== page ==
Everyone’s heard of big data, but defining it is trickier. Is it the digital equivalent of Elaine’s Big Salad on “Seinfeld” (Big lettuce, big carrots, tomatoes like volleyballs)? Is it, as one Redditor averred, Hoarding 2.0? Or is it, (attributed to @evertlammerts on Twitter) data that “piles up so high that it disappears into the clouds”?
“Official” definitions of big data are no fun.
Wikipedia says, “Big data usually includes data sets with sizes beyond the ability of commonly used software tools to capture, curate, manage, and process the data within a tolerable elapsed time.” Yawn.
Make sure your organization has the right tools for big data.
META Group, which eventually became Garner, assigned big data three “dimensions” way back in 2001: volume, velocity, and variety. Some organizations have added “veracity” as a fourth dimension describing big data. Still: boring.
All Those “Byte” Prefixes
Are you old enough to remember when it felt like bragging to talk about a megabyte of data? Well, big data is necessitating – byte prefixes that make that megabyte look like petite. A 2012 big data forecast by IDC estimated that the digital universe contained 2.7 zettabytes of data. A zettabyte is 1 000 000 000 000 000 000 000 bytes.
Here’s a comparison for how big 1.2 zettabytes (the amount of digital data created in 2010) is (from a 2010 EMC press release): It’s equal to “707 trillion copies of the more than 2,000-page US Patient Protection and Affordable Care Act signed into Law in March 2010. Stacked end to end, the documents would stretch from Earth to Pluto and back 16 times or cover every inch of the United States in paper 3 feet deep.”
If you want to see how much data you (or your organization has) in terms of Microsoft Word pages, PDFs, stacks of paper, etc., Exonar has a data visualization tool that can show you.
Big Data Where You Wouldn’t Expect It
Did you know that some cows generate 25MB of data each year, through sensors placed on them? That’s right, and the average cow doesn’t spend that much time surfing the web. If all 1.4 billion cattle on earth were equipped with sensors, they would generate enough data to fill a million 32GB iPhones every year!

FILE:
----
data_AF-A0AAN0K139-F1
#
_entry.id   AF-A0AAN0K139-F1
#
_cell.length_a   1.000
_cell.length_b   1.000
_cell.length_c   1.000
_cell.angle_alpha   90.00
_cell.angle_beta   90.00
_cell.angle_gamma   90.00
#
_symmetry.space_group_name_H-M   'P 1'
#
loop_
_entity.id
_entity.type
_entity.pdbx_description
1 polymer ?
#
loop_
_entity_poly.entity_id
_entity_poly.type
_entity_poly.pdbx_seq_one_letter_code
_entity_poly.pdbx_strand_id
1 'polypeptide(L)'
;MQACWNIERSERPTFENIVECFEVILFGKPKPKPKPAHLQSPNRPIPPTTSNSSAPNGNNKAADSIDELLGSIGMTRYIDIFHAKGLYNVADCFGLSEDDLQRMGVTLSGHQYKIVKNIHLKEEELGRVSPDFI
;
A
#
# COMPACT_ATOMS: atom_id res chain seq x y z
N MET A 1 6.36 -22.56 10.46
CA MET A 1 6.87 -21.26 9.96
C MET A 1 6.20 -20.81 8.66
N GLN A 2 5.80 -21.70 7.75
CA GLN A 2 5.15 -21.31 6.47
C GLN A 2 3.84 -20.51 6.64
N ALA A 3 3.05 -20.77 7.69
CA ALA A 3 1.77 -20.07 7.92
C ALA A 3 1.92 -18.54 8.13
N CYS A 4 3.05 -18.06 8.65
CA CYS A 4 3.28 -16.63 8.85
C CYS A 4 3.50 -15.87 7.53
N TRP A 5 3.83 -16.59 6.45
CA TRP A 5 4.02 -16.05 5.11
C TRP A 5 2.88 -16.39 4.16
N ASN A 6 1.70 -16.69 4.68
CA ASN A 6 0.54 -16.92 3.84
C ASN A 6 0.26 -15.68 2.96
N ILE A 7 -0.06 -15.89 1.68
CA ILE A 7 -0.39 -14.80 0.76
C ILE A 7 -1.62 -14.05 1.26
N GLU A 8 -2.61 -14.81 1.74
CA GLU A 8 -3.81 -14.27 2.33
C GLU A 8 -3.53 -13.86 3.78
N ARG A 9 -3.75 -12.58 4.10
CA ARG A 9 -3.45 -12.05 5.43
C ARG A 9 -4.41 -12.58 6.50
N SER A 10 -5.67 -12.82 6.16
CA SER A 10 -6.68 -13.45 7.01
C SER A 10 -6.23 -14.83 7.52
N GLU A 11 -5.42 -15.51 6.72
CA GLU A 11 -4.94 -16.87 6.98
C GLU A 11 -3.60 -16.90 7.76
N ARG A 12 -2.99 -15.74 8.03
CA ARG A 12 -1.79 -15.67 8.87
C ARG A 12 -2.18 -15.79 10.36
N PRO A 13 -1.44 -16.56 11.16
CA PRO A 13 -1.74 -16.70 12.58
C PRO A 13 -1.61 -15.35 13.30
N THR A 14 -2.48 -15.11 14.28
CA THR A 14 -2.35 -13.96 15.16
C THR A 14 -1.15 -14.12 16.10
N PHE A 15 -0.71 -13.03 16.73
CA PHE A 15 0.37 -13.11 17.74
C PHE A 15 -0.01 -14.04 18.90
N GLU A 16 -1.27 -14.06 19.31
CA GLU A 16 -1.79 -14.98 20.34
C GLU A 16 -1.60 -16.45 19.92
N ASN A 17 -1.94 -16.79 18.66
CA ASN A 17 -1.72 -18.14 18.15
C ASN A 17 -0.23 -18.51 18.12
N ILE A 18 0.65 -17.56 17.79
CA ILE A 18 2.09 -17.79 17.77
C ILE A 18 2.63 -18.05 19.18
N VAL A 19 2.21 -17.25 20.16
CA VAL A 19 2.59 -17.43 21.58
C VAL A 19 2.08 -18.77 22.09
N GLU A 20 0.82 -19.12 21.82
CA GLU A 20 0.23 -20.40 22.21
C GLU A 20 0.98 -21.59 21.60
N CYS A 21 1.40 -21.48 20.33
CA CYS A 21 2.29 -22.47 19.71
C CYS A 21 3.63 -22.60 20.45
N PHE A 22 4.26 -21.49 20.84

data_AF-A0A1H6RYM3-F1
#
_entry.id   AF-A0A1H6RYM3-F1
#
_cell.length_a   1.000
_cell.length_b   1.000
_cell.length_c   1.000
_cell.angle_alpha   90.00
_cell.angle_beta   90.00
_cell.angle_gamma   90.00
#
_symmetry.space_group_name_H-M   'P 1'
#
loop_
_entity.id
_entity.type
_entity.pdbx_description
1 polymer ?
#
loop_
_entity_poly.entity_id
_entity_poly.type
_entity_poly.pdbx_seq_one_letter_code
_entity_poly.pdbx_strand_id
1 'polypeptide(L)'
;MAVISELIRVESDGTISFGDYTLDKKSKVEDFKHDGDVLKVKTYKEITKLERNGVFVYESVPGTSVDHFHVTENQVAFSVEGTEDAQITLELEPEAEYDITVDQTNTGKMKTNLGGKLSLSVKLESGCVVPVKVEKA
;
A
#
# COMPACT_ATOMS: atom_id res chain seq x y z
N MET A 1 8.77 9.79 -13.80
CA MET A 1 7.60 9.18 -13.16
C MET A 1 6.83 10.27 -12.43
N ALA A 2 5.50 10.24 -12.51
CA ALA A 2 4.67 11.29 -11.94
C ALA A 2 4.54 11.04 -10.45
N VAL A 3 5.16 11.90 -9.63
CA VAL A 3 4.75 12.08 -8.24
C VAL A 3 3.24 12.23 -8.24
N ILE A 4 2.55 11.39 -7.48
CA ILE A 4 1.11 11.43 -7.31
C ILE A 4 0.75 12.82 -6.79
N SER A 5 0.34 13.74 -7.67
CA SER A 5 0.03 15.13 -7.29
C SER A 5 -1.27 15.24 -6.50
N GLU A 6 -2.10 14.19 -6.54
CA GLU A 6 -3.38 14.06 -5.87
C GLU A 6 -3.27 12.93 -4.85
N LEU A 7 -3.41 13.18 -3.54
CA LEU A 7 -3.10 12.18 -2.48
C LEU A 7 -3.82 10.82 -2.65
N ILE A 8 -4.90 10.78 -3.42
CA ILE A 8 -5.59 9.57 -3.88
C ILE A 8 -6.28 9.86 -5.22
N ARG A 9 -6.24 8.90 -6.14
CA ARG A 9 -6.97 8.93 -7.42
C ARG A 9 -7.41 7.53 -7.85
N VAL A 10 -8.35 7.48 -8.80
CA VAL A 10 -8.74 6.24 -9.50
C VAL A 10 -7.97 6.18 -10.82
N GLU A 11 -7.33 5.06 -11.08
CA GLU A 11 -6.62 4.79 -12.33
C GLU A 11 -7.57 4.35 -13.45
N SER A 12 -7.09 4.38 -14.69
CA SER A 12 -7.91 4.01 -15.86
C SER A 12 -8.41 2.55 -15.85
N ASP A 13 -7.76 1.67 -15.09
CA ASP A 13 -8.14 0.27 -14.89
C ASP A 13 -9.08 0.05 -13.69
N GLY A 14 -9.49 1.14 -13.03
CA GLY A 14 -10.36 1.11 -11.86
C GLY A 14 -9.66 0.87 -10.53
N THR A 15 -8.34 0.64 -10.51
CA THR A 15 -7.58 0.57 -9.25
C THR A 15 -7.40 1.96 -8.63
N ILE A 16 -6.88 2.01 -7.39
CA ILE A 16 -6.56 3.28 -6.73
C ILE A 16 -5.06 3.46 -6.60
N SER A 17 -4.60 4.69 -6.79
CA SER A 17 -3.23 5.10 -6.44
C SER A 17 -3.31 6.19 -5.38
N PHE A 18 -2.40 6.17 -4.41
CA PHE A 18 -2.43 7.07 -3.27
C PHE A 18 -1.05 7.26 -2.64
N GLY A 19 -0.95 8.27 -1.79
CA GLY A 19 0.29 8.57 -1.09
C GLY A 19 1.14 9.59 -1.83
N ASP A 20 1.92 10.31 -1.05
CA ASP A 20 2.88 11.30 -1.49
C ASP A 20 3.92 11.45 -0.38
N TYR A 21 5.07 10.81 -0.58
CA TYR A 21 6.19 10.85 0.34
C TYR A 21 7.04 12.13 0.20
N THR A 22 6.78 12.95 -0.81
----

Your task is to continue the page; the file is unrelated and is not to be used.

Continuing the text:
Once cows learn to take selfies, the world will never be the same.
Another source of big data that you might not expect is Lady Gaga. Apparently, Ms. Gaga’s business manager, Troy Carter, is a big data enthusiast, and he’s mined the data generated by the singer’s 31 million Twitter followers and 51 million Facebook fans to create a social network called Littlemonsters.com, which is a social network all about Lady Gaga. Carter’s ultimate goal is to attract all those fans to the new social network, bypassing Twitter and Facebook and therefore keeping all the revenue generated therefrom.
Germany’s World Cup Performance
And if you thought there were aspects of life that remain untouched by big data, well, you would be wrong. Team managers for Germany’s World Cup team combed through huge amounts of data about the Brazilian team – data that was compiled by students at Cologne’s Sports University. The goal was to look for advantages that could be gained over the daunting Brazilian team. Analyses included how Brazilian players deal with pressure, how they react when fouled, and how they sprint for the ball. Well, something worked, as the 7-1 victory over Brazil, followed by the 1-0 victory over Argentina attest.
If your organization has hopped on the big data bandwagon, equipped with enough snacks and magazines that they’re going to be there a while, you may occasionally need to step back and regain your perspective a bit. Fortunately, the Twitter account Big Data Borat provides a steady stream of big data satire that offers a feeling of solidarity as you watch your colleagues be perpetually enthralled by this concept that is supposed to answer all the questions in the world. You can even play a game called “Is it Pokémon, or #bigdata technology?“
Whether your organization is in the throes of Big Data Fever, or still exploring how this concept may transform business and research, Samanage is there making sure that your IT infrastructure is all accounted for, and operating properly. With a unified IT service desk / IT asset management interface, and the flexibility that lets you take IT beyond its traditional roles, Samanage is a great partner to have as your organization gears up for big data.